James A.D. Geier, the man who led machine toolmaker Milacron Inc. to diversify into plastics processing machinery in the 1960s, died Aug. 1 from complications of heart failure, while racing his sailboat in Maine. He was 75.
Geier was the last of the founding Geier family members to play an active role in Milacron. He was the son of Milacron's longtime Chief Executive Officer Frederick V. Geier and the grandson of Frederick A. Geier, one of the founders of Cincinnati Milling Machine Co., which first incorporated in 1884.
Geier began working at the company in 1951, starting on the ground floor as a machinist. He was promoted to vice president in 1964. He is credited with giving key executive support to Milacron's move into plastics machinery in 1968, the year the Plastics Machinery Division was created.
Raymond E. Ross, who was one of the division's original employees, said Geier hired Bill Mericle to find another product line, to expand beyond metalworking machines. Mericle then hired Dave Noffsinger, and they did the legwork to get into plastics.
``Their sponsor and their godfather was Jim,'' said Ross, who retired in 1997 as Milacron's president and chief operating officer.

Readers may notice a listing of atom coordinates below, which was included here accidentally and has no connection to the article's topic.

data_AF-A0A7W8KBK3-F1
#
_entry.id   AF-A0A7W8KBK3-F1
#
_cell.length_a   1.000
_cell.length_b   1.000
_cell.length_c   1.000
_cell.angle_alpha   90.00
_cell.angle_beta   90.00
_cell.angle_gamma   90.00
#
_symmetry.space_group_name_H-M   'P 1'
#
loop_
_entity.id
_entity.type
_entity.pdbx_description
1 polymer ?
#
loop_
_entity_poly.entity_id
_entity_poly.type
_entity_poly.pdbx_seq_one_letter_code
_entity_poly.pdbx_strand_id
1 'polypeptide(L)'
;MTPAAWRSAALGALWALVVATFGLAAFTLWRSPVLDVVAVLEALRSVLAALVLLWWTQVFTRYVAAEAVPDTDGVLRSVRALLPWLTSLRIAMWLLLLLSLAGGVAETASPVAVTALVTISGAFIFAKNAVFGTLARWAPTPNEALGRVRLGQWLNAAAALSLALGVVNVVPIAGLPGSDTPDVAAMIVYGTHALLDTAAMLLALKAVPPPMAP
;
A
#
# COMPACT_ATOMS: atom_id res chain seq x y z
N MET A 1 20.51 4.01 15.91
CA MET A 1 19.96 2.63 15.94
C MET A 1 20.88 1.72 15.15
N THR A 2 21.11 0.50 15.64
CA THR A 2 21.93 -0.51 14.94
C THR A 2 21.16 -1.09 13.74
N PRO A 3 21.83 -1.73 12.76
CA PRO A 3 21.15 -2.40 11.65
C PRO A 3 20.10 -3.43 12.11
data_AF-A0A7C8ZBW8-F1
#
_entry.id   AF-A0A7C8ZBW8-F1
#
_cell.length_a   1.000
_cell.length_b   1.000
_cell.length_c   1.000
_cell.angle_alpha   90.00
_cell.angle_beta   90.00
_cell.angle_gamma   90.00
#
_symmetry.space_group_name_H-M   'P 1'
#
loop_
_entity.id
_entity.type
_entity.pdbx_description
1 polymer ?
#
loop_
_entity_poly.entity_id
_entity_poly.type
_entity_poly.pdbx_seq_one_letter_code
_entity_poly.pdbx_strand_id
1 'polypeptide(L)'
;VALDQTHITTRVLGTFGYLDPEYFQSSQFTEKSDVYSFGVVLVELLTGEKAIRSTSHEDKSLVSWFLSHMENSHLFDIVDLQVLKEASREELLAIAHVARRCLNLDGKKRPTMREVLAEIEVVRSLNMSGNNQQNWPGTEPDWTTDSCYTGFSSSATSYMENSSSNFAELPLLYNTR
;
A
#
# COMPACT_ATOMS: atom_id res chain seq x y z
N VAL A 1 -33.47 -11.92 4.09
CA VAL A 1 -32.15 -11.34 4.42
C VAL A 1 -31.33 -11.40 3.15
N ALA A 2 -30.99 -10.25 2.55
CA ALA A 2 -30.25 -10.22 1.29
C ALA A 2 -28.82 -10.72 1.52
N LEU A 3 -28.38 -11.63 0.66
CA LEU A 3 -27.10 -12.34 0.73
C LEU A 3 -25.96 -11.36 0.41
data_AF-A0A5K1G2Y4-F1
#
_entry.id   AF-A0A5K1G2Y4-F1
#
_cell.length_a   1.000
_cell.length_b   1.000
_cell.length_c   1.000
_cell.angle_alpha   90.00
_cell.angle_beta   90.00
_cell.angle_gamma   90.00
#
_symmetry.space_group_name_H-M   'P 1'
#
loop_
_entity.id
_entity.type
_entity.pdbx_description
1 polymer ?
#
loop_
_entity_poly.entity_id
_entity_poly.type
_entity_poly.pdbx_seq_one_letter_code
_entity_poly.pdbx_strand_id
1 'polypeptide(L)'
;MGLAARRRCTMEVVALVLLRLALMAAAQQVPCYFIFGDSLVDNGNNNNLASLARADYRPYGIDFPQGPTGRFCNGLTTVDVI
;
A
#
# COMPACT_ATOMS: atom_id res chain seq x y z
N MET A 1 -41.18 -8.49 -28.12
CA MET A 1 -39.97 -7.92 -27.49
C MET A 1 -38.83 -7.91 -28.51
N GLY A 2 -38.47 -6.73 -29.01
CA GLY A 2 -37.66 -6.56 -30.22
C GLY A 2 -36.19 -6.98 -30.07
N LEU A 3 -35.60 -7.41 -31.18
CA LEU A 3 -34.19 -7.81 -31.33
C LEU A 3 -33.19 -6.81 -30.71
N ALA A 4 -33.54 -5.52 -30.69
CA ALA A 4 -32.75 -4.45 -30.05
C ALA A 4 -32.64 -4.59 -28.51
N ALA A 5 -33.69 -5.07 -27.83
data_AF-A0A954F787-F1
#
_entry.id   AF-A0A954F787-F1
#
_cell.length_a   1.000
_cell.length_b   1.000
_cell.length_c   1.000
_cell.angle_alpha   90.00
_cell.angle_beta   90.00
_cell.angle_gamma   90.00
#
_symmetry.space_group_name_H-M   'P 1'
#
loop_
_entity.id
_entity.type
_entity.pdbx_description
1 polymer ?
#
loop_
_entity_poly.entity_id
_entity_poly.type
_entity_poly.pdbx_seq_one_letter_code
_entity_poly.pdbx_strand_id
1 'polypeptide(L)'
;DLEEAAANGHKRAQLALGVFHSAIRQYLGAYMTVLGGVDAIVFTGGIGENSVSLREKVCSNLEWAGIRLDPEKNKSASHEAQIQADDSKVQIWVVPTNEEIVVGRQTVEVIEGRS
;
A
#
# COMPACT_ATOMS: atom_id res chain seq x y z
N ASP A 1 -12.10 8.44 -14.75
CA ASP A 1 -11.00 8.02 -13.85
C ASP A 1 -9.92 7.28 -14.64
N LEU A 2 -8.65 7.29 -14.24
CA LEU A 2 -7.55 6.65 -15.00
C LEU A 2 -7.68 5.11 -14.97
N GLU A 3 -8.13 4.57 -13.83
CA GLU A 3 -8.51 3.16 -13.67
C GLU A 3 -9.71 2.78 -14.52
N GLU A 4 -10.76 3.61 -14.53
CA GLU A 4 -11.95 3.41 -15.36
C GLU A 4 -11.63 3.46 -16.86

Geier became president and chief executive officer in 1970, the year the company changed its name to Cincinnati Milacron Inc. He became chairman in 1981, then retired as an officer in 1990. He continued to serve on the board until 1996, when he became a director emeritus.
Milacron ended up selling its flagship machine tool business in 1998.
Geier was fascinated with all types of machines, trains, boats and planes. When he died, he was competing in his boat, The Mantlepiece, in the Volvo Leukemia Cup Regatta near his summer home in Boothbay Harbor, Maine.
Ross said Geier built a scale railway to drive around his property, and a working paddle wheel boat.
At Milacron, Ross described Geier as a visionary who gave employees freedom - and corporate financial backing - to move into new areas, including lasers, robots, printed circuit boards and complex machines for making aerospace parts.
Geier was very active in the Cincinnati community, serving as president of the Cincinnati Museum of Natural History and playing a key role in relocating the museum to its present site at Union Terminal. He was an officer of the Greater Cincinnati Chamber of Commerce and a founding member of the Cincinnati Business Committee.
Funeral services will be private. A memorial service is being planned for sometime the week of Aug. 6 in Cincinnati.